Tag Archives: Turkey

RECLAIMING ISRAELI-SYRIAN TALKS, by Ufuk ULUTAS at SETA

Here you will find a serial of three reports -related to Turkey-Syrian relationship and Turkey-Iran relationship- from a Turkey based think-tank called The Foundation for Political, Economic and Social Research (SETA) at http://www.setav.org . It is the first time I read anything from this think-tank. Judge yourselves.

N.S

RECLAIMING ISRAELI-SYRIAN TALKS

 

By Ufuk ULUTAS

SETA Policy Report, No. 2, October 2009

 

 

The Israeli-Syrian track has been an important component of the Arab-Israeli peace talks due to its integral role in reaching comprehensive peace in the Middle East. The latest round of indirect peace talks between Israel and Syria was initiated under the sponsorship of Turkey on May 21, 2008, and by the end of 2008 both sides were ready to start the direct talks. However, in protest of Israeli aerial and ground offensive in Gaza in December 2008, Syria halted the indirect talks with Israel. Several factors, including the lack of American endorsement; Olmert’s weak prospect in Israel due to the ongoing corruption investigation; approaching early elections, and the rise of rightist parties in Israel, topped by the Israeli offensive in Gaza, rendered the conciliation efforts futile.

 

 

 

The Syrian side has been consistently clear about their principal demands from their Israeli counterparts: “the line of 4 June 1967.” While security concerns have been shaping Israeli demands from Syria in the peace negotiations. Many in Israel consider the Golan Heights as Israel’s first line of defense against Syria and see retaining of the water sources in the Golan as strategic and existential.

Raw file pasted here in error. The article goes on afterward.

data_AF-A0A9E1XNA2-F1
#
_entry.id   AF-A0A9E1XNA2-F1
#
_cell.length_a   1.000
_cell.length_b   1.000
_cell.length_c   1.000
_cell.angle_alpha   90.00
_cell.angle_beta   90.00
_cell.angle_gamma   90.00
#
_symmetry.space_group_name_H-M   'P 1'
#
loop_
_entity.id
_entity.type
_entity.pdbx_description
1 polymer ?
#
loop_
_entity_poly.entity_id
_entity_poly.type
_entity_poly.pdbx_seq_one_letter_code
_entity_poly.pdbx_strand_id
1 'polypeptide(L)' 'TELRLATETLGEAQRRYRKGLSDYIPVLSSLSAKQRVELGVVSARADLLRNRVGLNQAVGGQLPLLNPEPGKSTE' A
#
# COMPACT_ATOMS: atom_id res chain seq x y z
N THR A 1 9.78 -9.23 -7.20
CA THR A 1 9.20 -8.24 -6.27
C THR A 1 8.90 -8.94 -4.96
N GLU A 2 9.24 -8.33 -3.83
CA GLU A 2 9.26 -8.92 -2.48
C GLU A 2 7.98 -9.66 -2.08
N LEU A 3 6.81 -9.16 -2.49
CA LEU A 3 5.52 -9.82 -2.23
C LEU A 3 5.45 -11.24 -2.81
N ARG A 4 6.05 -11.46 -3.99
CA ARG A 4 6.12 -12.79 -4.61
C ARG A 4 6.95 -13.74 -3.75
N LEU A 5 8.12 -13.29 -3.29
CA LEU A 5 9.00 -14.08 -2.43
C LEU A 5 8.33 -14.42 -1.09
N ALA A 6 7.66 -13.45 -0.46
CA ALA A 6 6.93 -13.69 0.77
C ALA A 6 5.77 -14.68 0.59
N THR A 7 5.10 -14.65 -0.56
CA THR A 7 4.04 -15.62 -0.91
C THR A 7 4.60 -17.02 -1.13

The Iranian threat has been a crucial factor motivating Israel to reconsider the peace talks with Syria; on the other hand, Syrian determination to end their international isolation has made Syria a willing party for the peace talks. While Syria prefers a comprehensive Arab-Israeli peace that include Israeli-Palestinian track side by side with the Israeli-Syrian track, Israel wants to deal with the Palestinian question and peace with Syria separately.

 

Israeli-Syrian peace has the potential to be a turning point in the history of the Middle East, on the condition that it produces a viable solution for the border disputes and security concerns and that both sides comply with implementation of the solution. While facilitating the end of decades-long hostilities between Arab states and Israel, it could also have a positive impact on Iranian-American and Iranian-Israeli relations. Consequently, it could prevent a serious armed conflict between Iran and Israel in the Middle East.